Integral problem

  • Thread starter Brewer
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  • #1
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I have to integrate:
x/(sqrt[1+x^2]) dx

I know the answer is sqrt[1+x^2], but I can't work out how to get there. I tried the substitution u = 1+x^2, but that didn't seem to get me any where. It also looks like the differential of arsinx, but its not quite. How do I get to the answer?

Any help would be greatly appreciated.

Thank you in advance
 

Answers and Replies

  • #2
matt grime
Science Advisor
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Why didn't that subs help: it transforms it up to a scalar multiple to the integral of u^{-1/2}, which you know how to do.
 
  • #3
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i managed to confuse myself, when getting du.

if u = 1 + x^2

then du/dx = 2x

so du = 2x dx yes?

so does that mean that the integral is now 0.5u^(-1/2)?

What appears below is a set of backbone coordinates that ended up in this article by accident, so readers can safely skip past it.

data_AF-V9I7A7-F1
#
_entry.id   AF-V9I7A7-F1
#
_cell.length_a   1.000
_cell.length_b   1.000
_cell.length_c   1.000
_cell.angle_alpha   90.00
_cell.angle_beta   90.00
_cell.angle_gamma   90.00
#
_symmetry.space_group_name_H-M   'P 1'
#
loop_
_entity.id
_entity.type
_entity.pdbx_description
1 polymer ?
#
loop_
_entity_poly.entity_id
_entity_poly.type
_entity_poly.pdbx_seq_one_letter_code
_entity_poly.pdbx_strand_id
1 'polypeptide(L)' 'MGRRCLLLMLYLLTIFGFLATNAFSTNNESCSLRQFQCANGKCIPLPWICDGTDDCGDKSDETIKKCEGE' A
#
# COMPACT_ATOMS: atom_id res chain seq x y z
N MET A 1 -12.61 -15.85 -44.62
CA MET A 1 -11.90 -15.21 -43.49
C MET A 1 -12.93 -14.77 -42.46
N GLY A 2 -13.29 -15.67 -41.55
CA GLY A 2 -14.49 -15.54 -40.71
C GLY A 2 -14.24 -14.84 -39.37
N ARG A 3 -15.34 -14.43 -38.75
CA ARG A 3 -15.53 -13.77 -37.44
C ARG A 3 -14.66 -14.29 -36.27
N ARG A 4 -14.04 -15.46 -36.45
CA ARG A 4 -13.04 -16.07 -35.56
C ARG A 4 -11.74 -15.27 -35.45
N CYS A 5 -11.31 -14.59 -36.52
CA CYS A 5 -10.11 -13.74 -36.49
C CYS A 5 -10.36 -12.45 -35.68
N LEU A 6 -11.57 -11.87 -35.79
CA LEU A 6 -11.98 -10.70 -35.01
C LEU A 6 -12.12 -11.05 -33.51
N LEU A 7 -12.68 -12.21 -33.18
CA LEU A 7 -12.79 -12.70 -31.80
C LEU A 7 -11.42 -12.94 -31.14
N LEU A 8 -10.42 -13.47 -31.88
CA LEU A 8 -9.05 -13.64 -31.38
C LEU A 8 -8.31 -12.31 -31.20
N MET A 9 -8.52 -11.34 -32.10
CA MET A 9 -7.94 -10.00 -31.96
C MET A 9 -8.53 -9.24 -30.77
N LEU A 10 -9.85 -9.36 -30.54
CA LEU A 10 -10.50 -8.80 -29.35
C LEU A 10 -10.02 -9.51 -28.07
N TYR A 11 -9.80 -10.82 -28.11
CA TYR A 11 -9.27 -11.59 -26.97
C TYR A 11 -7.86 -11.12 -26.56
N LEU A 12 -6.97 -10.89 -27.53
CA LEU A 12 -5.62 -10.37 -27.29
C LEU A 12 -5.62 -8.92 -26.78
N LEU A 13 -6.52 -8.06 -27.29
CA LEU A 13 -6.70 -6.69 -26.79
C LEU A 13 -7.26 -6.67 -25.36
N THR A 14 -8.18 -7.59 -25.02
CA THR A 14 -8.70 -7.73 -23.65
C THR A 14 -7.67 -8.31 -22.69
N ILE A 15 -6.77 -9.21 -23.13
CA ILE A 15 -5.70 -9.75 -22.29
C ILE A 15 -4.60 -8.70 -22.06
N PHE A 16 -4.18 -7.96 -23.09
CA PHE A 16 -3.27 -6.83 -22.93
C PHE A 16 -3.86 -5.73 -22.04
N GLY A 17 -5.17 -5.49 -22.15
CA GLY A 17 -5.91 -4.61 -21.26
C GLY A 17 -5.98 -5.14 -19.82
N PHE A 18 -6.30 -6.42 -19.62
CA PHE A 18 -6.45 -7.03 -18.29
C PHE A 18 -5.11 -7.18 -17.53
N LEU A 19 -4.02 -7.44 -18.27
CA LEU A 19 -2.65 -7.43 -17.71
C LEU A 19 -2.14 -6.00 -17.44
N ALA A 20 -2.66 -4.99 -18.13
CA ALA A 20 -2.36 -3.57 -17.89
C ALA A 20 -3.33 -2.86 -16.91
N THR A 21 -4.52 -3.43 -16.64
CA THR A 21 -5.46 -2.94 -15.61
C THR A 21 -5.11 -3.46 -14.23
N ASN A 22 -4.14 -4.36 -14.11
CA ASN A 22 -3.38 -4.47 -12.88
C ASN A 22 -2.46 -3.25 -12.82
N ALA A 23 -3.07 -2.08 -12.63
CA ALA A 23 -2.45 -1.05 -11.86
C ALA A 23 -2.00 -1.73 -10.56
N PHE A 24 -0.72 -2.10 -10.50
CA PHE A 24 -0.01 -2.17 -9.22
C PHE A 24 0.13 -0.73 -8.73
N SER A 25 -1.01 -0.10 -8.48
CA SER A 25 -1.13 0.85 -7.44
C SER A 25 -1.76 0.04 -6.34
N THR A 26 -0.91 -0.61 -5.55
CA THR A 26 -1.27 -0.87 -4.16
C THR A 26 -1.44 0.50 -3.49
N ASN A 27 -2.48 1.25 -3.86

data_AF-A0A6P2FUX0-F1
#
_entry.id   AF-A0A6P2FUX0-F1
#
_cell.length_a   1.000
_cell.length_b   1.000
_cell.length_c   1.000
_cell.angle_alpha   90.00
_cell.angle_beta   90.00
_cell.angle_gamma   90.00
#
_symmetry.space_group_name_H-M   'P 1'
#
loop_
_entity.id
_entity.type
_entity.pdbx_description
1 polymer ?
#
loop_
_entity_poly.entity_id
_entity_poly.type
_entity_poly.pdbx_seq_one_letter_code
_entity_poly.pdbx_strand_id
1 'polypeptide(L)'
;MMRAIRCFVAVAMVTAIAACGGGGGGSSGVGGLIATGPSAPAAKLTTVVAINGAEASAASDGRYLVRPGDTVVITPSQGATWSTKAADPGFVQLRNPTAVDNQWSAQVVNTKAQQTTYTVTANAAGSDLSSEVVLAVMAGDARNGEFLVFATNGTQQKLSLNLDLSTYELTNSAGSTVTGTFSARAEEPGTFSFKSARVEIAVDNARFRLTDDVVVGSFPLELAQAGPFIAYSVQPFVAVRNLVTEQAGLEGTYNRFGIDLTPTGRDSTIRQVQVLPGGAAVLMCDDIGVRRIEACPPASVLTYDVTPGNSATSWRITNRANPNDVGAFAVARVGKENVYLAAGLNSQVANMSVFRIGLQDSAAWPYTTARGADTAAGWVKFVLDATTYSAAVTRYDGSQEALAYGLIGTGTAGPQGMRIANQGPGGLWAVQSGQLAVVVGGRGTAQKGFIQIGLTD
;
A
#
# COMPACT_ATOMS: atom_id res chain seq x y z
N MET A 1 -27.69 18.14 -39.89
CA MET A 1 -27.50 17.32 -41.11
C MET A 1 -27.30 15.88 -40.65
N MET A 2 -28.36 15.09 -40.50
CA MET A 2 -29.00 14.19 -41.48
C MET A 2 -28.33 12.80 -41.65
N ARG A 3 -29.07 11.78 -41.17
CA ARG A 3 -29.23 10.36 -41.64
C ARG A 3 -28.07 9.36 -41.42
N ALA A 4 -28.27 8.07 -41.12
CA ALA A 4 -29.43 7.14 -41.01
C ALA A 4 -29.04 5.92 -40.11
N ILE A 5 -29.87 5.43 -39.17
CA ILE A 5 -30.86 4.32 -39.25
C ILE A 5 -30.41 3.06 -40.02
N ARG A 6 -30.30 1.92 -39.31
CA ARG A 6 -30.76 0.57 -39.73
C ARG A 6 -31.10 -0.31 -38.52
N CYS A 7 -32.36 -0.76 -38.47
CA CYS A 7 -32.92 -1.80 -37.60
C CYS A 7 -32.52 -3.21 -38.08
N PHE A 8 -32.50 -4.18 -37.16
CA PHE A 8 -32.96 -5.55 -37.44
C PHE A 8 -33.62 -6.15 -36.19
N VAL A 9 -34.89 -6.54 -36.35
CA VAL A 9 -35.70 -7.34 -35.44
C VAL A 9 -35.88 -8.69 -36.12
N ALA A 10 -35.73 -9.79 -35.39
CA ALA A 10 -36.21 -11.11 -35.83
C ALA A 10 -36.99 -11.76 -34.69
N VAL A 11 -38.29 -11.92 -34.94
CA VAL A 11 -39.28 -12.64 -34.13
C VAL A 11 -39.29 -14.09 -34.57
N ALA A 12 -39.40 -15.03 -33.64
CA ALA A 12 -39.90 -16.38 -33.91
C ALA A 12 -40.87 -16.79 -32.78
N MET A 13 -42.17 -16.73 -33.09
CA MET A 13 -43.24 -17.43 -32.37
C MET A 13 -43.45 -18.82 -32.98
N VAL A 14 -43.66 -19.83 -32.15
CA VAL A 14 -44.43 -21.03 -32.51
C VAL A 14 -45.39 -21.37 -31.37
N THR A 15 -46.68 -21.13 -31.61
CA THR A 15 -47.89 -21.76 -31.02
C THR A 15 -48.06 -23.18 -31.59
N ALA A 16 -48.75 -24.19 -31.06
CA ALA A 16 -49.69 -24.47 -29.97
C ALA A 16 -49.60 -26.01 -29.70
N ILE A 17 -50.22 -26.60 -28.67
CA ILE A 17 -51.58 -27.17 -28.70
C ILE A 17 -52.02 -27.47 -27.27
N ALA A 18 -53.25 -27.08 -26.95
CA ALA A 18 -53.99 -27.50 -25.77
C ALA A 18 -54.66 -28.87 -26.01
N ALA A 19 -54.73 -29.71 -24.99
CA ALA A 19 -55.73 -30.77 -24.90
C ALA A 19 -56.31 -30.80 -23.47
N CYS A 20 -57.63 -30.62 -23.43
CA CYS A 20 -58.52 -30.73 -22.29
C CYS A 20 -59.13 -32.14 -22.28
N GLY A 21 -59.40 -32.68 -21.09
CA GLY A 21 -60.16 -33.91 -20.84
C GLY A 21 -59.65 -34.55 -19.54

I can't remember what to do when I get to that stage.

Thanks though
 
  • #4
Brewer said:
i managed to confuse myself, when getting du.

if u = 1 + x^2

then du/dx = 2x

so du = 2x dx yes?

so does that mean that the integral is now 0.5u^(-1/2)?

I can't remember what to do when I get to that stage.

Thanks though

From what I can see, that is correct. Now simply integrate through:

[tex]\int\frac{du}{2\sqrt{u}}[/tex]

and follow through with your answer.
 
  • #5
212
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Ta. It makes more sense now.

Thankyou, both of you
 

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